As far more people run half marathons, the marathon distance—which was downplayed for years by those selling the idea that anyone could do it—is rightfully reclaiming its status as a challenge not to be taken lightly and reserved for better-prepared runners. You can see this in the attitude and language of runners who’ve run the half and are leery and respectful of the full distance. You can also find indicators in the data and experience of race organizers.

In a study of average finishing times over the years, RunRepeat.com found that, while runners on average continue to get slower at all distances, the decline in marathon times has leveled off in recent years, while the average half marathon pace continues to plummet.

“I dug into the numbers and found, extremely surprisingly, that the pace of the half marathon is slower than that of marathon runners, and we see an increasing slow down for half marathon, year by year,” says RunRepeat.com’s founder, Jens Jakob Andersen. The trend suggests that new runners and those aiming simply to complete the distance are now primarily found in the half, while the marathon field is becoming more experienced and finishing with stronger times.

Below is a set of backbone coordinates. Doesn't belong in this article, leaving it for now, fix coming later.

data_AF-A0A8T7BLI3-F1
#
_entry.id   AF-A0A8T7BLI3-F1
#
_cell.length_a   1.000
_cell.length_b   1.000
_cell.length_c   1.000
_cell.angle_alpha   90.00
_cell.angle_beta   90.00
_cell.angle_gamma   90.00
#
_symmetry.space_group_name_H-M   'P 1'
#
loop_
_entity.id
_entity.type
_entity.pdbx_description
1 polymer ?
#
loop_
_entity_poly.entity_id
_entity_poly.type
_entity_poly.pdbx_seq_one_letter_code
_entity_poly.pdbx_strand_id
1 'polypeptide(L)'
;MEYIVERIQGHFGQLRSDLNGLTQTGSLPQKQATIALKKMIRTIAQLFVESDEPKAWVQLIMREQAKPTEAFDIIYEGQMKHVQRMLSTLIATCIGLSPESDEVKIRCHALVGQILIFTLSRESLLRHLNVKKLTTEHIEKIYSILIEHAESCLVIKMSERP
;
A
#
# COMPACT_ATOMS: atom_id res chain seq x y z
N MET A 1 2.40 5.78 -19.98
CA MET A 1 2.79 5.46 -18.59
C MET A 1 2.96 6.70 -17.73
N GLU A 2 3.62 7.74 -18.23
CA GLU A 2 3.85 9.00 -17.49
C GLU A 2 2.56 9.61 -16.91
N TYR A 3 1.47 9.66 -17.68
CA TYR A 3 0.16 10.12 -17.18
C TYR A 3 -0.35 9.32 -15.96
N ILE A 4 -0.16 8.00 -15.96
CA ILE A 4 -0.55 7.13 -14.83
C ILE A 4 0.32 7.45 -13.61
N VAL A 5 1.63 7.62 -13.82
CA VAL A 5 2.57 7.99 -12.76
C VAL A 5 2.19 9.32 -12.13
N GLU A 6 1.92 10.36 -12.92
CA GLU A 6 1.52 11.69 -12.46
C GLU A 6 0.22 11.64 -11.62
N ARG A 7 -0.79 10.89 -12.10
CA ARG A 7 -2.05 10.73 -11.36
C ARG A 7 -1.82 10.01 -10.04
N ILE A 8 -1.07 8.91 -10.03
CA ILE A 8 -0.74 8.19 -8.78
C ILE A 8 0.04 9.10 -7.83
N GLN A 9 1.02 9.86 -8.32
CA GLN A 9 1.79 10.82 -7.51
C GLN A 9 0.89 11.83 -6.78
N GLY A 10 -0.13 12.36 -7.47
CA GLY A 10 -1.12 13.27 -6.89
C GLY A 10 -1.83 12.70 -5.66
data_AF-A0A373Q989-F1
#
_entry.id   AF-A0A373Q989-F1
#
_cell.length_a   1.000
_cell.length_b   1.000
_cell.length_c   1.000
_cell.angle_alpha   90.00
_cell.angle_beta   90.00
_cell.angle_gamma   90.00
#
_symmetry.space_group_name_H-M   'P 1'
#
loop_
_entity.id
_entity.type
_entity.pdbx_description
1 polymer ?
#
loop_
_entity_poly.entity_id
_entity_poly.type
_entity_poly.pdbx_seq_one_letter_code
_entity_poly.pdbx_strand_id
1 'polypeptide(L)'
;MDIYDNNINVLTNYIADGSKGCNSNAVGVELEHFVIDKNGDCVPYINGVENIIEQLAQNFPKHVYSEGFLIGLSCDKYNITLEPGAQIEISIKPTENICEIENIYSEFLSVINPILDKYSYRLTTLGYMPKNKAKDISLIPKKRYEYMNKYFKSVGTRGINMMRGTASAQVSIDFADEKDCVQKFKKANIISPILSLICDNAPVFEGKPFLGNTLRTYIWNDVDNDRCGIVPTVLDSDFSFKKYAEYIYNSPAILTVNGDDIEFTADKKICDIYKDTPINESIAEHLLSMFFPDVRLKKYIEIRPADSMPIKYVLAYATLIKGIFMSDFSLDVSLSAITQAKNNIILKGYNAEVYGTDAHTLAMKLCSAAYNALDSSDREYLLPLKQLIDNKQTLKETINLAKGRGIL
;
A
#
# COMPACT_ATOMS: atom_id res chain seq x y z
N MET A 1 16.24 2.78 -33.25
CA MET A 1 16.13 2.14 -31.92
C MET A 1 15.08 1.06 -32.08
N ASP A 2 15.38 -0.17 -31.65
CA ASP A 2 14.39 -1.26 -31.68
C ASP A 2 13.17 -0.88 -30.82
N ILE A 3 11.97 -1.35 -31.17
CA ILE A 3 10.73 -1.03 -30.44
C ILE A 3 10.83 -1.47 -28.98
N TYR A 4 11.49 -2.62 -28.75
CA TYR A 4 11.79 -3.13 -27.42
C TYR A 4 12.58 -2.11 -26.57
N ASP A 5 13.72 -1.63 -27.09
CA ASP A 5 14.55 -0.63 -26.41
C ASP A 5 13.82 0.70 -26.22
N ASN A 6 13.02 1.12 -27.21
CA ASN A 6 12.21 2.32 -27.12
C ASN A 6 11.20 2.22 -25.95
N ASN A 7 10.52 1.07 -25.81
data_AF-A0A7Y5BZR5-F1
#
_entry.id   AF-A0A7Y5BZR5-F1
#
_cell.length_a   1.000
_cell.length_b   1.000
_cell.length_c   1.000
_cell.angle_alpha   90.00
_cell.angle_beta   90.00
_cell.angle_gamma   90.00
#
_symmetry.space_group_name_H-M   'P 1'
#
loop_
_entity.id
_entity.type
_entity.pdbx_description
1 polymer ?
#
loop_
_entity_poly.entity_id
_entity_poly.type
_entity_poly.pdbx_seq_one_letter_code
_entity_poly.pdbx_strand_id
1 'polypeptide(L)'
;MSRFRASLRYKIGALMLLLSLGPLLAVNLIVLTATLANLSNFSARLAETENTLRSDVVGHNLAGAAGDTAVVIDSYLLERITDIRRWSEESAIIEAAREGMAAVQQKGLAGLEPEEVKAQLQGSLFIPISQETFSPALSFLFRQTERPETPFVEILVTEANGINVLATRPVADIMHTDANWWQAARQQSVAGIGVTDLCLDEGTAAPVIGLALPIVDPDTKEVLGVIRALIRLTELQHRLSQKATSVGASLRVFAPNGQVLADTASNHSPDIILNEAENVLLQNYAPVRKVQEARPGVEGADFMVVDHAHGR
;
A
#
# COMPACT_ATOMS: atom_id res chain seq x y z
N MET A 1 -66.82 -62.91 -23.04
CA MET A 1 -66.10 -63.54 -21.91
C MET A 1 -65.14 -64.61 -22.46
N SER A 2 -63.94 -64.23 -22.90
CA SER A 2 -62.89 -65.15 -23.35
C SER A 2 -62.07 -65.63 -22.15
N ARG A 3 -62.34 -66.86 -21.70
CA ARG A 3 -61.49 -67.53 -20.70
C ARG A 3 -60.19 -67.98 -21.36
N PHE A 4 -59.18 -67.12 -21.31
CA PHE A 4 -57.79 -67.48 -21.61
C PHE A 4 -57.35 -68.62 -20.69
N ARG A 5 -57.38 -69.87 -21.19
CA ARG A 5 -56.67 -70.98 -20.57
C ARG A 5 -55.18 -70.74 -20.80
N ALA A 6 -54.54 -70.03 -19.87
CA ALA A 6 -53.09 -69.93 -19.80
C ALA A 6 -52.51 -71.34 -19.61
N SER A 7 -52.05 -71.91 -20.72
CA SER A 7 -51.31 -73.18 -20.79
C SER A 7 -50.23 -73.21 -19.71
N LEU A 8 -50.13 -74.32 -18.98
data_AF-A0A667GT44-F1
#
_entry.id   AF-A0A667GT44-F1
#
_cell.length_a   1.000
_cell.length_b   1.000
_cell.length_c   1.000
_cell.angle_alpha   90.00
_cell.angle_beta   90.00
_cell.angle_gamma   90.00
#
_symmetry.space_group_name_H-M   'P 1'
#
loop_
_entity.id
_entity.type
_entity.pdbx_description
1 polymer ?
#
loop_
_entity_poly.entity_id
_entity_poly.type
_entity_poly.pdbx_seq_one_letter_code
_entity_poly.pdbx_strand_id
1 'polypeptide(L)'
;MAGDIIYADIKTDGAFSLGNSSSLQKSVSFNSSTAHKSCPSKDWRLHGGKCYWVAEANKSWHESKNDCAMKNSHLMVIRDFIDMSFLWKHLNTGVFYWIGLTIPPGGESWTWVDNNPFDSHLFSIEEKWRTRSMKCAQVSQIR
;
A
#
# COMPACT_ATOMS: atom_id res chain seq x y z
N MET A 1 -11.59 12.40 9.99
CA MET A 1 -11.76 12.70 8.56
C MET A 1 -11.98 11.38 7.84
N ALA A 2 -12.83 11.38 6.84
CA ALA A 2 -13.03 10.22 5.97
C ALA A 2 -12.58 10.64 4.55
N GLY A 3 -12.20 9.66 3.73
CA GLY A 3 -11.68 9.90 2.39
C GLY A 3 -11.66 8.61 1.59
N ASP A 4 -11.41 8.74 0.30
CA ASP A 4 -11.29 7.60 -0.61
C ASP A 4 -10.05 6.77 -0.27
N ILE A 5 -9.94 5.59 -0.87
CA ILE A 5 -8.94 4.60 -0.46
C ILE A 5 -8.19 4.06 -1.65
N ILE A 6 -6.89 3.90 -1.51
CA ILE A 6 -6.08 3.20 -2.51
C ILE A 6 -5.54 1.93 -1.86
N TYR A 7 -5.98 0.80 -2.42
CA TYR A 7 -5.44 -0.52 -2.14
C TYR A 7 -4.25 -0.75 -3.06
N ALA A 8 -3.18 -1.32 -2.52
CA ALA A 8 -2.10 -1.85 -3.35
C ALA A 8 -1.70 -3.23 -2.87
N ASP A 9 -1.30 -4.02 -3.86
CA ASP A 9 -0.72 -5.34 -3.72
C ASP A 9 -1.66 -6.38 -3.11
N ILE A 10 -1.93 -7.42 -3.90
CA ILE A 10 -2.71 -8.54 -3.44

The race organizers at Grandmas Marathon confirmed this with a different observation. They initially added the Gary Bjorklund Half to make the race accessible to those not ready to run the whole 26.2 miles from Two Harbors back to Duluth. From the perspective of the medical staff, “the half got a lot of people in the right distance,” says Shane Bauer, the race’s executive director, as they saw fewer people in distress in the marathon. In the last couple of years, however, Bauer says the biggest concern has switched to the half marathon, given that the majority of new and unprepared runners are tackling it first. And that’s a good thing, as they seem to be learning from having a difficult half without doing much self-damage, and then move up when they’re prepared to handle the rigors of 26.2.

Jonathan Beverly
Jonathan Beverly served as the editor in chief of Running Times from 2000-2015. He is the author of "Your Best Stride: How to Optimize Your Natural Running Form to Run Easier, Farther, and Faster—With Fewer Injuries" (2017, Rodale) and "Run Strong, Stay Hungry: 9 Keys to Staying in the Race" (2017, Velo Press).